The Kennys argue that the proposal “would also set a precedent that could ultimately seriously damage the character of the area”.
In terms of the scale of the proposal, the Kennys state that “this proposal inserts a monolithic concrete structure effectively in the middle of back gardens of current residents adjoining the site”.
The Kennys say it is their view that Bartra has “bought a challenging and problematic site, which requires sensitive and creative treatment”.
They argue that what the developers have been doing in the current application and in the previous apartment plan that has secured permission “has been precisely the opposite”.
The Kennys state that the proposal should be refused on a number of grounds.
The Kennys state that the area is made up of 11 detached houses along the lane, including Maple Tree House.
They claim: “The development proposed would utterly change the character of the neighbourhood, by inserting what is effectively a large commercially driven five-storey project into a two-storey domestic housing environment.”
On the traffic impact of the proposal, the Kennys argue that the proposed scheme “as well as grossly interfering with our legal right to unhindered passage across the laneway to our home, both during construction and after completion, it will inevitably lead to congestion/parking on Harbour Road, which is already extremely challenged”.
On behalf of Dalkey Community Council, Dr Susan McDonnell has requested that planning permission be refused “in view of our widespread concerns”.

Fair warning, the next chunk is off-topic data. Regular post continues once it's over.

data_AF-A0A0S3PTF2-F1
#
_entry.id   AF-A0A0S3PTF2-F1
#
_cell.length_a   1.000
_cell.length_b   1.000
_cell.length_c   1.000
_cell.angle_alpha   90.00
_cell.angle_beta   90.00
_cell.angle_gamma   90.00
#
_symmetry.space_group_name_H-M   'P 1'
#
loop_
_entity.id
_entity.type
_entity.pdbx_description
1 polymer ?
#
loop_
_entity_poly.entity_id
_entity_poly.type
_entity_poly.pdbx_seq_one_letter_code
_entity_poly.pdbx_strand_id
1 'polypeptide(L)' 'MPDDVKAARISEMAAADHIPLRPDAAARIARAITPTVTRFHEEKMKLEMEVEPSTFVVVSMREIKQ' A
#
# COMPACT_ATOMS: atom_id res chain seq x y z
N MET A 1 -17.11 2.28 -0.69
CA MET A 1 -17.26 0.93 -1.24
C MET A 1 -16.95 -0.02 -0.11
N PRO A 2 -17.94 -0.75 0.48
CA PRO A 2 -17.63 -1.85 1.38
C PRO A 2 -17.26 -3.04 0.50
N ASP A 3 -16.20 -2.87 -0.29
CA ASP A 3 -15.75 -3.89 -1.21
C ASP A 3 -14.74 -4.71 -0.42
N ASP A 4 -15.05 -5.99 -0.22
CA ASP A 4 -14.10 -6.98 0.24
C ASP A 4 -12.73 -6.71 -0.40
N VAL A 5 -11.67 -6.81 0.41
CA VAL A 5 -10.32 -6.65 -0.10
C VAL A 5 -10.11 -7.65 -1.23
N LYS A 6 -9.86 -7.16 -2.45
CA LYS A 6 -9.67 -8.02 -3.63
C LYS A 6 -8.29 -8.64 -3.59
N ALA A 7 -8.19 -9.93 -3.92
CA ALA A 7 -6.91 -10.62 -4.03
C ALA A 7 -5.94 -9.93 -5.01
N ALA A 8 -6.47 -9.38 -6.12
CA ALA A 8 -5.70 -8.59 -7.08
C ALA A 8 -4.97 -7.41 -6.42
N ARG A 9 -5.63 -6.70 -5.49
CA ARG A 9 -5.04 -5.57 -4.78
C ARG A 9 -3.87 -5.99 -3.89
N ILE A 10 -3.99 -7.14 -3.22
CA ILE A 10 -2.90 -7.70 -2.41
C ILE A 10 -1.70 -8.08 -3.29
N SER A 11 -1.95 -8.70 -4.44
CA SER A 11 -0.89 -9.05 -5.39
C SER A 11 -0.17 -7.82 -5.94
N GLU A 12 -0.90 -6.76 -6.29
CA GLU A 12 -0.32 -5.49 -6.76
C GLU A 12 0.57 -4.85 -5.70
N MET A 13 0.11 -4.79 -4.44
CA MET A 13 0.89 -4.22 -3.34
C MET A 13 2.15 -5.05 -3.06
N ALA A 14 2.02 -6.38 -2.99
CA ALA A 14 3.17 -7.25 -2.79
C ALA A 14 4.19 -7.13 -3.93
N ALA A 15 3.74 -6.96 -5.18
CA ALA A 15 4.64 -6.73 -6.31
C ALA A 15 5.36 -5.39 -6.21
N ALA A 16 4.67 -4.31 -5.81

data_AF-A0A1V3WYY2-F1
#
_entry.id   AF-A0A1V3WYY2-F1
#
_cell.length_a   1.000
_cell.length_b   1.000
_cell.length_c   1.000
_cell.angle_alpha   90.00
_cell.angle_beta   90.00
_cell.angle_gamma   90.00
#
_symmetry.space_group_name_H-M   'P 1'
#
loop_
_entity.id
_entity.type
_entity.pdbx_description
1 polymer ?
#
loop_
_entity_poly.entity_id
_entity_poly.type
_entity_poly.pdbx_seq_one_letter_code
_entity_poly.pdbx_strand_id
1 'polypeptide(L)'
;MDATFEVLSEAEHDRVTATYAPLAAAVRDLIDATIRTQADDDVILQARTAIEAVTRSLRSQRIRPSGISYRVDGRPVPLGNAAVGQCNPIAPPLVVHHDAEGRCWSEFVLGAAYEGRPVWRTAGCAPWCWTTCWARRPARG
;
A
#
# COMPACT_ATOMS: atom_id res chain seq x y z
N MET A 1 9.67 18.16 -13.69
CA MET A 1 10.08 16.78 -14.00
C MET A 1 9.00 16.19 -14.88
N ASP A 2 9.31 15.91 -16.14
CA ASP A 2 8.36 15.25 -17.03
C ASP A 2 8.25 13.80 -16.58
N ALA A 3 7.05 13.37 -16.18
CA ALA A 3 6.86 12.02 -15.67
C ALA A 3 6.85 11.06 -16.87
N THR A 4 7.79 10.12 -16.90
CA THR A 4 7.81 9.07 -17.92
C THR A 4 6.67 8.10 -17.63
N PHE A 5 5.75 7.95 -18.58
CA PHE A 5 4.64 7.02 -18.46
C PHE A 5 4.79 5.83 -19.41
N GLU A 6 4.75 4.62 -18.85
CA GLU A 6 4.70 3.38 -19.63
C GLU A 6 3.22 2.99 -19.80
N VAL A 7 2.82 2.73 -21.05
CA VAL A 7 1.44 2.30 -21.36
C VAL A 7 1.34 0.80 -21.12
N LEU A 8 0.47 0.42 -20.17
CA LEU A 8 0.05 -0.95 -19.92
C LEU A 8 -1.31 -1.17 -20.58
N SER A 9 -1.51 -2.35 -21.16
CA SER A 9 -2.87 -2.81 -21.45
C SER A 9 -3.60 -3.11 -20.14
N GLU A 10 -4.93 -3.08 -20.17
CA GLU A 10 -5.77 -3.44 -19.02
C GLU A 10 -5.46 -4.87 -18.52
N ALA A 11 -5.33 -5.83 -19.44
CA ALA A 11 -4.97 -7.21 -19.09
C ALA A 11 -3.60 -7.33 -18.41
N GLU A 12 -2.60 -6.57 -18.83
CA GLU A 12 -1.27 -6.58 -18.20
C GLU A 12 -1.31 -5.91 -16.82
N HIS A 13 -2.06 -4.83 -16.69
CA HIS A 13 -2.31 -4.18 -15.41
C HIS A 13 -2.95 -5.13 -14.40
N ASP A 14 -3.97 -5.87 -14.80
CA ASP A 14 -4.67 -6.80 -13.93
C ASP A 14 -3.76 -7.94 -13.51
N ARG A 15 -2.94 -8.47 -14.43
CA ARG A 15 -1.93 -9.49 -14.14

Dr McDonnell has told the Council: “We have concerns about the scale, height and massing of this proposed 104-bed nursing home located in a residential area where the surrounding buildings are mainly two-storey.”
Dr McDonnell argues that the proposed nursing home “constitutes an overdevelopment of the site”.
Fine Gael Councillor Mary Fayne has also lodged an objection and she said she is strongly objecting to the scheme due to its inappropriate location and overlooking of several homes.
The application, rising from two to five storeys, comes 18 months after Bartra secured the green light for 18 apartments and six houses on the 1.4-acre Yonder site.
Bartra only obtained planning permission for the apartments from An Bord Pleanála after a planning battle with the Kennys.
The nursing home plan replaces the apartment plan proposal for the site.